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Strategies to deal with academic underperformance in grade 12 in the Free State

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dc.contributor.author Leepo, Sello Rubben
dc.contributor.other Welkom: Central University of Technology, Free State
dc.date.accessioned 2017-06-08T09:05:48Z
dc.date.available 2017-06-08T09:05:48Z
dc.date.issued 2015
dc.identifier.uri http://hdl.handle.net/11462/1164
dc.description Thesis en_US
dc.description.abstract The aim of this study was to investigate the impact that the intervention strategies had on the academic performance of grade 12 learners in the Free State province. The grade 12 National Senior Certificate (NSC) results had been of poor quality over the years in the Free State province. This prompted the educational leadership at district and provincial level to develop and implement the various improvement strategies. The grade 12 learners in the underperforming schools were taken to camps during the school holidays. The other extra classes were held at the respective schools. The subject advisors were also involved in teaching at some of the centres. The performance targets were imposed on the schools. Different technologies were introduced into the classroom – HeyMath, ICITISE and the independent broadcasting programme. The districts conducted training on curriculum coverage, instructional leadership, subject content training, curriculum management and performance management. The grade 12 NSC results remained unimpressive despite the numerous intervention strategies implemented by the districts and the provincial department of education. This then led to the investigation on the possible reasons why the strategies did not yield the desired results. As a point of departure this investigation looked into the causes of underperformance in the schools. If there is urgency about improving failing schools, more attention should be channelled on the causes of underperformance as well as the factors that contribute to continuous failure. Identifying schools as underperforming is contingent on a large number of circumstances: poor curriculum coverage, poor classroom management, total disregard for teaching and learning time, lack of teacher discipline and poor work ethics, teacher apathy, high rate of unaccounted absenteeism and inadequate resources – to mention just a few. The empirical research was conducted using both the qualitative and quantitative methods. This was done in order to obtain triangulation. The grade 12 subject teachers completed the questionnaire while the principals of the underperforming schools and the school management and governance developers (circuit managers) were interviewed. The SPSS version 23 was used to analyse the empirical research data. It was established that many intervention strategies were not suitably differentiated. Many of them did not take into account the contextual factors within the underperforming schools. It was further established that the intervention strategies were too many and therefore lacked the necessary focus. One critical finding relates to the fact that the strategies were not designed to enhance the internal skills and capabilities of the teachers in the underperforming schools. The academic results would drop as soon as the intervention strategies were suspended or withdrawn. The teachers lacked the capacity needed to sustain improved levels of performance. The investigation revealed that there were too many execution gaps in the implementation of the intervention strategies. The study found that the strategies had a noticeable but not a lasting or sustainable impact on the overall pass rate, but they had no noticeable impact on the bachelors’ pass rate. The integrated learner attainment model proposed in this study focuses on bridging the execution gaps and on implementing the intervention strategies in an organised and well structured manner. The model proposes the involvement of all relevant stakeholders in the implementation process. There must be a well understood evaluation system that would be used to determine the impact of each strategy at regular intervals. Communication of the strategies must be improved in such a way that the circuit managers who are expected to monitor their effective implementation are on board at all times. The provincial department of education needs to invest in few strategies that are deemed as the most effective. The school management teams and the district officials must all be appraised on the salient features of the selected intervention strategies. The strategies must not be unreasonably imposed on the schools. The correct diagnosis of the problem must dictate the type of strategy to be implemented. The integrated learner attainment model proposes a systematic approach to the implementation of the intervention strategies. en_US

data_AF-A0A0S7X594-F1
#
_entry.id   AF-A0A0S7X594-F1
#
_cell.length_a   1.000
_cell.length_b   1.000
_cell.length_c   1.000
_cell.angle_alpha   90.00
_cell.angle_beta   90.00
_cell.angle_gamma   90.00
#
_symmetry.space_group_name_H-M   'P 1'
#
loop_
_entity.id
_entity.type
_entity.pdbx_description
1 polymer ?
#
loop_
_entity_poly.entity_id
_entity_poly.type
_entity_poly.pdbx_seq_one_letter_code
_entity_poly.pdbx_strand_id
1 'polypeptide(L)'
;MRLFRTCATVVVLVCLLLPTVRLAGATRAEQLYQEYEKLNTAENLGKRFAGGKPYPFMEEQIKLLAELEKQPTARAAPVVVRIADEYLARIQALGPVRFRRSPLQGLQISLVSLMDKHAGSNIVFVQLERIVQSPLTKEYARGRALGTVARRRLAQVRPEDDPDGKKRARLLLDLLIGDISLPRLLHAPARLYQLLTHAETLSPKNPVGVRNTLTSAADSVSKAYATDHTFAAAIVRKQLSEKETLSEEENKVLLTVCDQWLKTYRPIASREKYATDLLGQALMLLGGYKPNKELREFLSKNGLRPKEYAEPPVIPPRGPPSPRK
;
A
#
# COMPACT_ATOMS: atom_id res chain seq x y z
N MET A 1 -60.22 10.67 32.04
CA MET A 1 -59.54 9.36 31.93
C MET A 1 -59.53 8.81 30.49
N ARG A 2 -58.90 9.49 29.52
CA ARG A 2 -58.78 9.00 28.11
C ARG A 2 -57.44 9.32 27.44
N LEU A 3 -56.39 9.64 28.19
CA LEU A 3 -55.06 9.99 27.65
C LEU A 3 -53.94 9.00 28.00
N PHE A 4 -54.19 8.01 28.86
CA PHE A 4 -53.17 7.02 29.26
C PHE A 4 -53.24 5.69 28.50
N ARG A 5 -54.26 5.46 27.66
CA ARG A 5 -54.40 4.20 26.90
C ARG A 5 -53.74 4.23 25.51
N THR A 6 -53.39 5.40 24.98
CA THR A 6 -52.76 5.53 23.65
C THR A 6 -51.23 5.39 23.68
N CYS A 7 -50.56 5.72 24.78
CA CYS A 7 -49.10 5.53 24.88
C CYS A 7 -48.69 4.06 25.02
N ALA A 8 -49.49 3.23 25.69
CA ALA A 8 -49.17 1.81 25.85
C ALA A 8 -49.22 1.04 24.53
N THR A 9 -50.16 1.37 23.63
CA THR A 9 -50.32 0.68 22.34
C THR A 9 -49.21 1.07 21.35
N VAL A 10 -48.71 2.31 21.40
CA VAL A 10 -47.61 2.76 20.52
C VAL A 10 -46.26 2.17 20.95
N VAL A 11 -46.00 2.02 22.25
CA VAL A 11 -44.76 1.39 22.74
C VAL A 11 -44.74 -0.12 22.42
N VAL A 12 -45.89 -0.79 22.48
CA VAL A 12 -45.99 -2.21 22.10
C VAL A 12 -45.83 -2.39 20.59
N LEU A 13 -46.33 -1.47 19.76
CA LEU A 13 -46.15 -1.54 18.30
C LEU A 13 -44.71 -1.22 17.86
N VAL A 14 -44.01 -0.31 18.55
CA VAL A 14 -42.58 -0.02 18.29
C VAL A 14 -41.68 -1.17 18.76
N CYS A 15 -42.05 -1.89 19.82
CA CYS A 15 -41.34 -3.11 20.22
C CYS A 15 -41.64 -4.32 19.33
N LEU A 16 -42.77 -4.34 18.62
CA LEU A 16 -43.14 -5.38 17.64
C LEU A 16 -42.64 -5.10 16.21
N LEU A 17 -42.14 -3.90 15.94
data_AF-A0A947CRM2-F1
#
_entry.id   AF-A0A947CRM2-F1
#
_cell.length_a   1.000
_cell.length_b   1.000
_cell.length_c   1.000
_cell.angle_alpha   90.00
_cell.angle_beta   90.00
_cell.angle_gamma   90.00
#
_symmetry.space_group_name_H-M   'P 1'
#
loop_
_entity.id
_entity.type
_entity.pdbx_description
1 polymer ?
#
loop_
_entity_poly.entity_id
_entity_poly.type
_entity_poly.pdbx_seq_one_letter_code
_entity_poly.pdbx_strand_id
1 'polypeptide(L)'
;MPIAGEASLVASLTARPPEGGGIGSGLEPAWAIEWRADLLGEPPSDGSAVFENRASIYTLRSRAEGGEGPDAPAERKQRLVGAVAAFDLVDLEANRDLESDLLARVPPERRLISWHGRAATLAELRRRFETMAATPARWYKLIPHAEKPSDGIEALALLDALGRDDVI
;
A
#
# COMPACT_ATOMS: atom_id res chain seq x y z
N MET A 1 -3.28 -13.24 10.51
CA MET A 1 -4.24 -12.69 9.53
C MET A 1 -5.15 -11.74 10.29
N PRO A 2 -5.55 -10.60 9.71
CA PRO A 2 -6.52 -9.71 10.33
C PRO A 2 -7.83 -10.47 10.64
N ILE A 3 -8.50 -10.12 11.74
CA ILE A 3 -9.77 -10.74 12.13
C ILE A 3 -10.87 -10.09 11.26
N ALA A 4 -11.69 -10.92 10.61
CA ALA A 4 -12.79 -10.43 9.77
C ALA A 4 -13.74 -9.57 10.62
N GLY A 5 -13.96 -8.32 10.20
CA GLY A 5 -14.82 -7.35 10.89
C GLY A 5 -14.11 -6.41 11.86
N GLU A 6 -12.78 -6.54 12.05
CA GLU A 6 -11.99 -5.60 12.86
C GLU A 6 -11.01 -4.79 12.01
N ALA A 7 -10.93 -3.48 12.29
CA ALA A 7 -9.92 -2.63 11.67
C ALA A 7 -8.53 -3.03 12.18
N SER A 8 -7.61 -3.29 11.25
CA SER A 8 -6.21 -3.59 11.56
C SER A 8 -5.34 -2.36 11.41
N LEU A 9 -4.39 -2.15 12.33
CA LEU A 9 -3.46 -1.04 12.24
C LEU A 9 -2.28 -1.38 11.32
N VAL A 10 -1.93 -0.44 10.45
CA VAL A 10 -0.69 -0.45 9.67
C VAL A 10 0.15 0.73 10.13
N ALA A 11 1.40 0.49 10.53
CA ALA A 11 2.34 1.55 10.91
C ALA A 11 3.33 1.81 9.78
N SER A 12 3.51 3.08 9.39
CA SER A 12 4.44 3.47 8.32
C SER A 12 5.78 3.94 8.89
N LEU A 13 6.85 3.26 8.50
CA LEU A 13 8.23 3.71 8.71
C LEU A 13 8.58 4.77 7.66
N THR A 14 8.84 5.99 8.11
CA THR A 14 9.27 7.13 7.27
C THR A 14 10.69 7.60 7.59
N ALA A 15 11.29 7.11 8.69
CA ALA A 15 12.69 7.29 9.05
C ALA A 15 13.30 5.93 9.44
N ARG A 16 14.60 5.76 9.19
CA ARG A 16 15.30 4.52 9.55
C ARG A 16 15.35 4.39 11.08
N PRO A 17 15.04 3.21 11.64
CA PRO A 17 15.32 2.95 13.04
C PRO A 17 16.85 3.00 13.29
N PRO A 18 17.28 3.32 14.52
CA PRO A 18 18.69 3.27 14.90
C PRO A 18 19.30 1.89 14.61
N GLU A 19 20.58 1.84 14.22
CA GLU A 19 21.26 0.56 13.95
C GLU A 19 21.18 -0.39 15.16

dc.format.mimetype Application/PDF
dc.language.iso en_US en_US
dc.publisher Welkom: Central University of Technology, Free State
dc.subject School improvement programs - South Africa - Free State en_US
dc.subject Education, Secondary - South Africa - Free State en_US
dc.subject Academic achievement en_US
dc.subject Low-performing schools en_US
dc.subject School failure en_US
dc.subject School management and organization en_US
dc.title Strategies to deal with academic underperformance in grade 12 in the Free State en_US
dc.type Thesis en_US
dc.rights.holder Central University of Technology, Free State

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